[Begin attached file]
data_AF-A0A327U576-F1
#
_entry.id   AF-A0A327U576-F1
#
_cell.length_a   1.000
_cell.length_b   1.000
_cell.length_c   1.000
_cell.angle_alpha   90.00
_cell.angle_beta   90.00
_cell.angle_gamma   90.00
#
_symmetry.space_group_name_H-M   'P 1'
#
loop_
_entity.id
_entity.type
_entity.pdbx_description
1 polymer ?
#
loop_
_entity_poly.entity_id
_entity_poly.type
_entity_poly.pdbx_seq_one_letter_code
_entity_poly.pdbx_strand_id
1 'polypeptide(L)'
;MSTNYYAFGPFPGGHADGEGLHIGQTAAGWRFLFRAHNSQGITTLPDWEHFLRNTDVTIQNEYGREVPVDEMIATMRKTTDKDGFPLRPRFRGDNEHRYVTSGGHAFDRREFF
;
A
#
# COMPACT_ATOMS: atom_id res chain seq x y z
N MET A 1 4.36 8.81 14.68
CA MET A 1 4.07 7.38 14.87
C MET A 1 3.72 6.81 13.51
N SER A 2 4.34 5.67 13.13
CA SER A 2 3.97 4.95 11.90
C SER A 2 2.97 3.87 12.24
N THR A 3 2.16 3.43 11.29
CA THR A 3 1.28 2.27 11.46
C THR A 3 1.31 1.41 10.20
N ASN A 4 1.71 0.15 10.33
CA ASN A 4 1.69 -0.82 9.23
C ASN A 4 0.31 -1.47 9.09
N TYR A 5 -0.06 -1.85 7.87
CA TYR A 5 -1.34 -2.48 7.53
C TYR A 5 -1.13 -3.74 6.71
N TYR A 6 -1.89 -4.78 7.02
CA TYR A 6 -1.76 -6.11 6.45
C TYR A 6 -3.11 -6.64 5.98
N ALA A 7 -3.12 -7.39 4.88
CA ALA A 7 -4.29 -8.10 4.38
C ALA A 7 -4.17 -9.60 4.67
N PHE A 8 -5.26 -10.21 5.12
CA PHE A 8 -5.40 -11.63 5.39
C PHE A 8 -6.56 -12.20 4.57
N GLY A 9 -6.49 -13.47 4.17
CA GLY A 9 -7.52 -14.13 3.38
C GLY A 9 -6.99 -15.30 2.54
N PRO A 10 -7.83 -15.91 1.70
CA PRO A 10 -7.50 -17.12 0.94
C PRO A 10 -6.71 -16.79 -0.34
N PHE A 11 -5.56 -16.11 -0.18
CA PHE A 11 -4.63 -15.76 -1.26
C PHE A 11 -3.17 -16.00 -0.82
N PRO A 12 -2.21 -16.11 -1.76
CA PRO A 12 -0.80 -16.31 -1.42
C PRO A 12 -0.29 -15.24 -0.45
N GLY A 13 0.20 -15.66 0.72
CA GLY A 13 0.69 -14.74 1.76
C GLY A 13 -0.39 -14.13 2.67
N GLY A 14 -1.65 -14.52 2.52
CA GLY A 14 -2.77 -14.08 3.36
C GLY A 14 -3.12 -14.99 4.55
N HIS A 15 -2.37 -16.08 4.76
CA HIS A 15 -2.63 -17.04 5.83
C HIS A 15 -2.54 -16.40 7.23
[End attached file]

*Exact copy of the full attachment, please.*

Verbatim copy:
data_AF-A0A327U576-F1
#
_entry.id   AF-A0A327U576-F1
#
_cell.length_a   1.000
_cell.length_b   1.000
_cell.length_c   1.000
_cell.angle_alpha   90.00
_cell.angle_beta   90.00
_cell.angle_gamma   90.00
#
_symmetry.space_group_name_H-M   'P 1'
#
loop_
_entity.id
_entity.type
_entity.pdbx_description
1 polymer ?
#
loop_
_entity_poly.entity_id
_entity_poly.type
_entity_poly.pdbx_seq_one_letter_code
_entity_poly.pdbx_strand_id
1 'polypeptide(L)'
;MSTNYYAFGPFPGGHADGEGLHIGQTAAGWRFLFRAHNSQGITTLPDWEHFLRNTDVTIQNEYGREVPVDEMIATMRKTTDKDGFPLRPRFRGDNEHRYVTSGGHAFDRREFF
;
A
#
# COMPACT_ATOMS: atom_id res chain seq x y z
N MET A 1 4.36 8.81 14.68
CA MET A 1 4.07 7.38 14.87
C MET A 1 3.72 6.81 13.51
N SER A 2 4.34 5.67 13.13
CA SER A 2 3.97 4.95 11.90
C SER A 2 2.97 3.87 12.24
N THR A 3 2.16 3.43 11.29
CA THR A 3 1.28 2.27 11.46
C THR A 3 1.31 1.41 10.20
N ASN A 4 1.71 0.15 10.33
CA ASN A 4 1.69 -0.82 9.23
C ASN A 4 0.31 -1.47 9.09
N TYR A 5 -0.06 -1.85 7.87
CA TYR A 5 -1.34 -2.48 7.53
C TYR A 5 -1.13 -3.74 6.71
N TYR A 6 -1.89 -4.78 7.02
CA TYR A 6 -1.76 -6.11 6.45
C TYR A 6 -3.11 -6.64 5.98
N ALA A 7 -3.12 -7.39 4.88
CA ALA A 7 -4.29 -8.10 4.38
C ALA A 7 -4.17 -9.60 4.67
N PHE A 8 -5.26 -10.21 5.12
CA PHE A 8 -5.40 -11.63 5.39
C PHE A 8 -6.56 -12.20 4.57
N GLY A 9 -6.49 -13.47 4.17
CA GLY A 9 -7.52 -14.13 3.38
C GLY A 9 -6.99 -15.30 2.54
N PRO A 10 -7.83 -15.91 1.70
CA PRO A 10 -7.50 -17.12 0.94
C PRO A 10 -6.71 -16.79 -0.34
N PHE A 11 -5.56 -16.11 -0.18
CA PHE A 11 -4.63 -15.76 -1.26
C PHE A 11 -3.17 -16.00 -0.82
N PRO A 12 -2.21 -16.11 -1.76
CA PRO A 12 -0.80 -16.31 -1.42
C PRO A 12 -0.29 -15.24 -0.45
N GLY A 13 0.20 -15.66 0.72
CA GLY A 13 0.69 -14.74 1.76
C GLY A 13 -0.39 -14.13 2.67
N GLY A 14 -1.65 -14.52 2.52
CA GLY A 14 -2.77 -14.08 3.36
C GLY A 14 -3.12 -14.99 4.55
N HIS A 15 -2.37 -16.08 4.76
CA HIS A 15 -2.63 -17.04 5.83
C HIS A 15 -2.54 -16.40 7.23